CANDIDATS SHOULD DEBATE IN N.E. OREGON
Democrat Bill Bradbury's desire to expand the number of debates in October between himself and Republican incumbent Gordon Smith in the race for the U.S. Senate is understandable.
The challenger in a political race often benefits from several debates. Bradbury would be given additional exposure and would have a greater chance of highlighting the weaknesses or shaky voting record of the incumbent.
Smith, who is completing his first six-year term in the Senate, understandably does not want to expand the debate schedule. Why should he face a repeated grilling on how he's done in Washington while Bradbury benefits from more exposure?
The six debates Bradbury is proposing five in Portland and one in Eugene is much too weighted toward Oregon's largest cities. Smith has offered two: Oct. 21 in Portland and Oct. 23 in Medford.
The people of Northeast Oregon should have the benefit of seeing the two candidates up close and personal. McKenzie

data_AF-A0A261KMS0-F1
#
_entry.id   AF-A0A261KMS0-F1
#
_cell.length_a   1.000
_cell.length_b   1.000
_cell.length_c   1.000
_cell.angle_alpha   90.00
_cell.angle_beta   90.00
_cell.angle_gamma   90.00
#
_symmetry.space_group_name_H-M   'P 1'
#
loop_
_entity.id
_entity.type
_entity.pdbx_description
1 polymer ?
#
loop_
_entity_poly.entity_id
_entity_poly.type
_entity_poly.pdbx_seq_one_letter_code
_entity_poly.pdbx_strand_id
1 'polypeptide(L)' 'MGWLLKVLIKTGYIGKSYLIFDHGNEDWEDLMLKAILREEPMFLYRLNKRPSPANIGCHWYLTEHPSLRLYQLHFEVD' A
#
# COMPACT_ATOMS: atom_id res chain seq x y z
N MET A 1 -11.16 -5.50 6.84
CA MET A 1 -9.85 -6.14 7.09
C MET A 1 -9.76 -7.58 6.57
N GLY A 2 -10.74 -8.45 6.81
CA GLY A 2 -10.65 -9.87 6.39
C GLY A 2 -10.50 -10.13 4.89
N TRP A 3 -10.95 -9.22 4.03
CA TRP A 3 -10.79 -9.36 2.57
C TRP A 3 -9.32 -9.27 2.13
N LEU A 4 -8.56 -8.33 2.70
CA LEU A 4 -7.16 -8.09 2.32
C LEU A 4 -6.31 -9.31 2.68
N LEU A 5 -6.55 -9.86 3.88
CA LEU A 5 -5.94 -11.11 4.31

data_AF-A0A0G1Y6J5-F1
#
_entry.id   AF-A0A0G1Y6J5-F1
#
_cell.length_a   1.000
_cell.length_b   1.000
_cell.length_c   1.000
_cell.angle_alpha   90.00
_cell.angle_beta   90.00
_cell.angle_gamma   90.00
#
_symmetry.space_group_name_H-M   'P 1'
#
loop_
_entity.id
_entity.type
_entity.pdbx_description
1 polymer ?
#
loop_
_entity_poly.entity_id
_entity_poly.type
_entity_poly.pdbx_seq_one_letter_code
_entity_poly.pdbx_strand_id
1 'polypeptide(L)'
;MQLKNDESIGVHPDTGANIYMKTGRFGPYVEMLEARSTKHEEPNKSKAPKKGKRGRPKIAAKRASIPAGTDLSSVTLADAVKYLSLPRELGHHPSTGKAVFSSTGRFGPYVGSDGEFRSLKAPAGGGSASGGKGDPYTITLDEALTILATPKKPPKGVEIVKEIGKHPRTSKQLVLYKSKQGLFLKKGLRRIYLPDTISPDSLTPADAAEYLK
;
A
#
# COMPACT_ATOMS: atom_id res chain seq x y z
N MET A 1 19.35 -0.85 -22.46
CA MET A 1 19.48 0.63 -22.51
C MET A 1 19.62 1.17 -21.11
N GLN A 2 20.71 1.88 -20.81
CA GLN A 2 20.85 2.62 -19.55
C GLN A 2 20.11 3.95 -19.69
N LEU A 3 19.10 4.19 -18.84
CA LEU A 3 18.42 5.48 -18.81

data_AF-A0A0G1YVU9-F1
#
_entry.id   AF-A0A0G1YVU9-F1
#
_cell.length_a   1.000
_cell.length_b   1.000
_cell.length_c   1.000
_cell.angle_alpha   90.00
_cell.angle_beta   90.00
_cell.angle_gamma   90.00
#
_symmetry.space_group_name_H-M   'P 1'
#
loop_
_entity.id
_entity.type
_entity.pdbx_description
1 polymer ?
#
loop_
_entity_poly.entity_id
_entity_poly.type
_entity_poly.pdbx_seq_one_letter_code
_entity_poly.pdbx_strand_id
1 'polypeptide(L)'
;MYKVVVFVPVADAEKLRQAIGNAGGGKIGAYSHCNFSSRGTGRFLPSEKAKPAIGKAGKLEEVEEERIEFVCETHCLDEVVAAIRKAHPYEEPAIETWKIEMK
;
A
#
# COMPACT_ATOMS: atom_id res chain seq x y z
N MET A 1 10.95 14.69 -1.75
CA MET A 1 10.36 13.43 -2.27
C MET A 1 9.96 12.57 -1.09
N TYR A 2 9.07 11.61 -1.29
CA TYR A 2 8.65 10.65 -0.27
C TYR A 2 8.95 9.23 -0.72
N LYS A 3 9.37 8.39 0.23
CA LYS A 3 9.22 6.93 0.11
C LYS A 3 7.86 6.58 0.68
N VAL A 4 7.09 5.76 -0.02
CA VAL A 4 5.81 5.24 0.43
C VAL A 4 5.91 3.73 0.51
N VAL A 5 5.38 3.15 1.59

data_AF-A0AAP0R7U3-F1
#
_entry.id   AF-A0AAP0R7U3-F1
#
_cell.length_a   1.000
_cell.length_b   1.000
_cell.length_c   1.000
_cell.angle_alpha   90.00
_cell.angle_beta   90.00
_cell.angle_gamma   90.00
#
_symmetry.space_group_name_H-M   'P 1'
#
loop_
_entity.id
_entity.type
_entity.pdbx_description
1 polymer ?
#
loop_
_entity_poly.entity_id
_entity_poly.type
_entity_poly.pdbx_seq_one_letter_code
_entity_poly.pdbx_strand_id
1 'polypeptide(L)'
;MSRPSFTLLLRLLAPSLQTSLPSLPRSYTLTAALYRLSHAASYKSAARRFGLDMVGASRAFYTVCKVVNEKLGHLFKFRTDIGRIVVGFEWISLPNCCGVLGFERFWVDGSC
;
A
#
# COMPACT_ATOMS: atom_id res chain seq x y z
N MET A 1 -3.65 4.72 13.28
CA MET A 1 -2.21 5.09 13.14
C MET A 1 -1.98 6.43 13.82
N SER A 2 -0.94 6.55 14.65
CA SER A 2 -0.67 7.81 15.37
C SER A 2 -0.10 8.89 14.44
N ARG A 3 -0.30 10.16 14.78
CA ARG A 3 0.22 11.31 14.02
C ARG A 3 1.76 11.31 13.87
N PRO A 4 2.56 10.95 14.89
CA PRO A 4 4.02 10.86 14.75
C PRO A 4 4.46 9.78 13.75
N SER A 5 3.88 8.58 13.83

Theatre on the Eastern Oregon University campus would be an excellent location for a debate. If several debates are scheduled, why not hold them at all the state universities in Oregon?
That way people in all parts of the state would have a chance to see how the candidates address the issues of their region. They would not have to rely solely on getting their impressions of the candidates by watching them spar on the synthetic, somewhat
impersonal medium of television.
CAN THE COFFEE TAX
Latte lovers unite! Some Seattle residents want to tax your favorite breakfast drink, the caffeine-laden espresso. A 10-cent surcharge per cup would raise $7 million to $10 million for child care programs in the city of Starbucks, but the initiative won't be served to voters until Sept. 16, 2003.
Opponents claim the tax unfairly jolts one product, like a coffee shop that serves only decaf. Proponents see the tax as mocha money for quality day care.
That's a noble cause, worthy of sufficient government funding. But a separate tax? That opens doors to other luxury taxes, from a computer tax to a cell phone tax. And this proposed tax is only on espresso drinks, meaning a regular cup of drip coffee will be 10 cents
Seattle doesn't need another layer of bureaucracy. Java drinkers shouldn't have to shoulder the burden of a city's day care needs. In the year before the vote, hopefully the city will come to the rescue and find more money for child care. In the meantime, enjoy that dark-roasted blend it could be your last tax-free drop.